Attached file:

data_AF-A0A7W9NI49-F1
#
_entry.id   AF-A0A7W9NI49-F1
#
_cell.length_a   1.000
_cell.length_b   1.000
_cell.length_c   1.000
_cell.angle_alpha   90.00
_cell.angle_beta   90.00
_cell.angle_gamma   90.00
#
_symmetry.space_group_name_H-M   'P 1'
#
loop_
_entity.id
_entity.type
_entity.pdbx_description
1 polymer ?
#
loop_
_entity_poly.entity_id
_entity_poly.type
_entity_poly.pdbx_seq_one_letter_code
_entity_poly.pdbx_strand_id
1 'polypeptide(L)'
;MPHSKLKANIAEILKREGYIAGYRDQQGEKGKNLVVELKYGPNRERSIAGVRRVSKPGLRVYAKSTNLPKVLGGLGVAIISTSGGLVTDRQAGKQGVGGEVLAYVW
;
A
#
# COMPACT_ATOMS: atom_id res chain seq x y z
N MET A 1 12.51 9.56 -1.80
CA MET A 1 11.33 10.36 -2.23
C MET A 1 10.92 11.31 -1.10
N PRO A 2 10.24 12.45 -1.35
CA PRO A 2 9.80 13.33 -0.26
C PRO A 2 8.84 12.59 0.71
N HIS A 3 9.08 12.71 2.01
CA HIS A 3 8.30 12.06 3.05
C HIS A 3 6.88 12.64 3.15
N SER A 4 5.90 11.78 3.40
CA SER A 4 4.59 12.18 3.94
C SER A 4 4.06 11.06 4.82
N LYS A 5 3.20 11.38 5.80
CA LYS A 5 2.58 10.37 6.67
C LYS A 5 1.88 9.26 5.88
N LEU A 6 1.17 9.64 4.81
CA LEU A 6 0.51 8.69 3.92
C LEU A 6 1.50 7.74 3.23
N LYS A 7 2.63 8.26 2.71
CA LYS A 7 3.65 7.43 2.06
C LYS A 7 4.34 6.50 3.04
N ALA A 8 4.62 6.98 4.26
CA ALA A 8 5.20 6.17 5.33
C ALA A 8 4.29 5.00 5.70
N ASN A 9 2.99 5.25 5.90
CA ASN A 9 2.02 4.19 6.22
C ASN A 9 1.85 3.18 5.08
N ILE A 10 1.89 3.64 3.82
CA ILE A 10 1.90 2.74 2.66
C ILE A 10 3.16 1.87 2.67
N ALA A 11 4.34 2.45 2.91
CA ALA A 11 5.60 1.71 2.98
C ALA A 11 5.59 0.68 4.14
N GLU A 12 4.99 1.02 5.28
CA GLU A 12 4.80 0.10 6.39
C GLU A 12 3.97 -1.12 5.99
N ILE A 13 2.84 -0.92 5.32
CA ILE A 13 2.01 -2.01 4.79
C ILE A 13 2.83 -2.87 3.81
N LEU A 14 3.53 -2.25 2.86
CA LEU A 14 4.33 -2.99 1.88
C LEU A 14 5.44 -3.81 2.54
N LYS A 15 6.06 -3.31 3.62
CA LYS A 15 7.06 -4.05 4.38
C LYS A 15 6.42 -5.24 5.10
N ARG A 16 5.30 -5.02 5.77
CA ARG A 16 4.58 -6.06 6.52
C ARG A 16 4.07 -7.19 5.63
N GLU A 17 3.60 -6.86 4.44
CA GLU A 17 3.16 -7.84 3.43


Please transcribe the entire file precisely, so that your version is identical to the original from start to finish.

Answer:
data_AF-A0A7W9NI49-F1
#
_entry.id   AF-A0A7W9NI49-F1
#
_cell.length_a   1.000
_cell.length_b   1.000
_cell.length_c   1.000
_cell.angle_alpha   90.00
_cell.angle_beta   90.00
_cell.angle_gamma   90.00
#
_symmetry.space_group_name_H-M   'P 1'
#
loop_
_entity.id
_entity.type
_entity.pdbx_description
1 polymer ?
#
loop_
_entity_poly.entity_id
_entity_poly.type
_entity_poly.pdbx_seq_one_letter_code
_entity_poly.pdbx_strand_id
1 'polypeptide(L)'
;MPHSKLKANIAEILKREGYIAGYRDQQGEKGKNLVVELKYGPNRERSIAGVRRVSKPGLRVYAKSTNLPKVLGGLGVAIISTSGGLVTDRQAGKQGVGGEVLAYVW
;
A
#
# COMPACT_ATOMS: atom_id res chain seq x y z
N MET A 1 12.51 9.56 -1.80
CA MET A 1 11.33 10.36 -2.23
C MET A 1 10.92 11.31 -1.10
N PRO A 2 10.24 12.45 -1.35
CA PRO A 2 9.80 13.33 -0.26
C PRO A 2 8.84 12.59 0.71
N HIS A 3 9.08 12.71 2.01
CA HIS A 3 8.30 12.06 3.05
C HIS A 3 6.88 12.64 3.15
N SER A 4 5.90 11.78 3.40
CA SER A 4 4.59 12.18 3.94
C SER A 4 4.06 11.06 4.82
N LYS A 5 3.20 11.38 5.80
CA LYS A 5 2.58 10.37 6.67
C LYS A 5 1.88 9.26 5.88
N LEU A 6 1.17 9.64 4.81
CA LEU A 6 0.51 8.69 3.92
C LEU A 6 1.50 7.74 3.23
N LYS A 7 2.63 8.26 2.71
CA LYS A 7 3.65 7.43 2.06
C LYS A 7 4.34 6.50 3.04
N ALA A 8 4.62 6.98 4.26
CA ALA A 8 5.20 6.17 5.33
C ALA A 8 4.29 5.00 5.70
N ASN A 9 2.99 5.25 5.90
CA ASN A 9 2.02 4.19 6.22
C ASN A 9 1.85 3.18 5.08
N ILE A 10 1.89 3.64 3.82
CA ILE A 10 1.90 2.74 2.66
C ILE A 10 3.16 1.87 2.67
N ALA A 11 4.34 2.45 2.91
CA ALA A 11 5.60 1.71 2.98
C ALA A 11 5.59 0.68 4.14
N GLU A 12 4.99 1.02 5.28
CA GLU A 12 4.80 0.10 6.39
C GLU A 12 3.97 -1.12 5.99
N ILE A 13 2.84 -0.92 5.32
CA ILE A 13 2.01 -2.01 4.79
C ILE A 13 2.83 -2.87 3.81
N LEU A 14 3.53 -2.25 2.86
CA LEU A 14 4.33 -2.99 1.88
C LEU A 14 5.44 -3.81 2.54
N LYS A 15 6.06 -3.31 3.62
CA LYS A 15 7.06 -4.05 4.38
C LYS A 15 6.42 -5.24 5.10
N ARG A 16 5.30 -5.02 5.77
CA ARG A 16 4.58 -6.06 6.52
C ARG A 16 4.07 -7.19 5.63
N GLU A 17 3.60 -6.86 4.44
CA GLU A 17 3.16 -7.84 3.43